Immune regulation in the retina
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- Detrick, B. & Hooks, J.J. Immunol Res (2010) 47: 153. doi:10.1007/s12026-009-8146-1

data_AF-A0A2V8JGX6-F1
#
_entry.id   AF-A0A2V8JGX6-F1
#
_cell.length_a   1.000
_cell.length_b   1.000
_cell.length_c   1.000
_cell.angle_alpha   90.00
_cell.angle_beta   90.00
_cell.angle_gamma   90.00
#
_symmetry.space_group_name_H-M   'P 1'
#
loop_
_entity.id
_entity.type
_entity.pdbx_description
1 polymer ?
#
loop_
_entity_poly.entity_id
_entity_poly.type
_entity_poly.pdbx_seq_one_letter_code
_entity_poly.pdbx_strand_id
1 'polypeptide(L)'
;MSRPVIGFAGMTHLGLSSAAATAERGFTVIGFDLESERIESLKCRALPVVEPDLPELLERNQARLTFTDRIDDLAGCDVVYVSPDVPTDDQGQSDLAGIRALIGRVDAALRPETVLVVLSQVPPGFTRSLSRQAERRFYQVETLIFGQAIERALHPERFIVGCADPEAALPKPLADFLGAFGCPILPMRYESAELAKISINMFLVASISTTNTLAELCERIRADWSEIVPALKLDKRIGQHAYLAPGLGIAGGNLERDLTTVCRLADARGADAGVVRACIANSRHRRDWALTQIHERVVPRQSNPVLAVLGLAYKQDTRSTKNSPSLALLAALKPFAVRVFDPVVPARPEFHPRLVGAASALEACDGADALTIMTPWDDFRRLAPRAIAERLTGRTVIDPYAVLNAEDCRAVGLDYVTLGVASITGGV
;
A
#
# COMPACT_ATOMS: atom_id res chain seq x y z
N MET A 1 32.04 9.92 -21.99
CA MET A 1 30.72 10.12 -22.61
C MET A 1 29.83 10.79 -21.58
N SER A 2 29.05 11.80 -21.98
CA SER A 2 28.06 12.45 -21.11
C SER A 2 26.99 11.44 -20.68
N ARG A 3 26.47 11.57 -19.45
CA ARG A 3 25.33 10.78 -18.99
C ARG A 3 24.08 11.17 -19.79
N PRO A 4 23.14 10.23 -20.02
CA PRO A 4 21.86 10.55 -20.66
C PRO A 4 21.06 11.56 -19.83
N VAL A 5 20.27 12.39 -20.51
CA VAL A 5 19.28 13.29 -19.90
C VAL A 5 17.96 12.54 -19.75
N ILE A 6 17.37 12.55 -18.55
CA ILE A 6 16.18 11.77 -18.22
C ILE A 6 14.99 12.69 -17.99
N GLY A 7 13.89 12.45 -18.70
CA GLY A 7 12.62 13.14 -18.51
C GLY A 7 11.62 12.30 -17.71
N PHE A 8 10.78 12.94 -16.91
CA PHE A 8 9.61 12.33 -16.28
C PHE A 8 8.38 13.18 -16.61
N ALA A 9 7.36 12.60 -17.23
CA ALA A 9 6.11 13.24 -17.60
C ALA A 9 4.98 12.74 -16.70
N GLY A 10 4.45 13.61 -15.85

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Immune reactivity in the retina can be critically important in inflammation and infections, but regulation of this response is essential. The retinal pigment epithelial (RPE), a unique retinal cell, displays a number of essential functions to support the health of the retina. In this review, we highlight how the RPE cell plays a pivotal role in immune defense. The RPE cell orchestrates both innate and adaptive immunity since it expresses TLRs, complement components, MHC class I and II molecules, and serves as an antigen presenting cell. Moreover, both of these immune responses result in the production of a plethora of cytokines, mainly proinflammatory. In order to counteract these inflammatory factors and silence unwanted immune reactivity, the RPE cell also generates suppressive molecules. Recently, chronic immune reactivity has been implicated in a number of retinal diseases, such as age-related macular degeneration (AMD). Current evidence suggests that the generation of excessive retinal inflammation may be the consequence of a loss of RPE immunosuppressive factors. Herein, we summarize the varied interactions of the RPE cell with the immune response and highlight how the RPE cell survives and participates in this dynamic environment.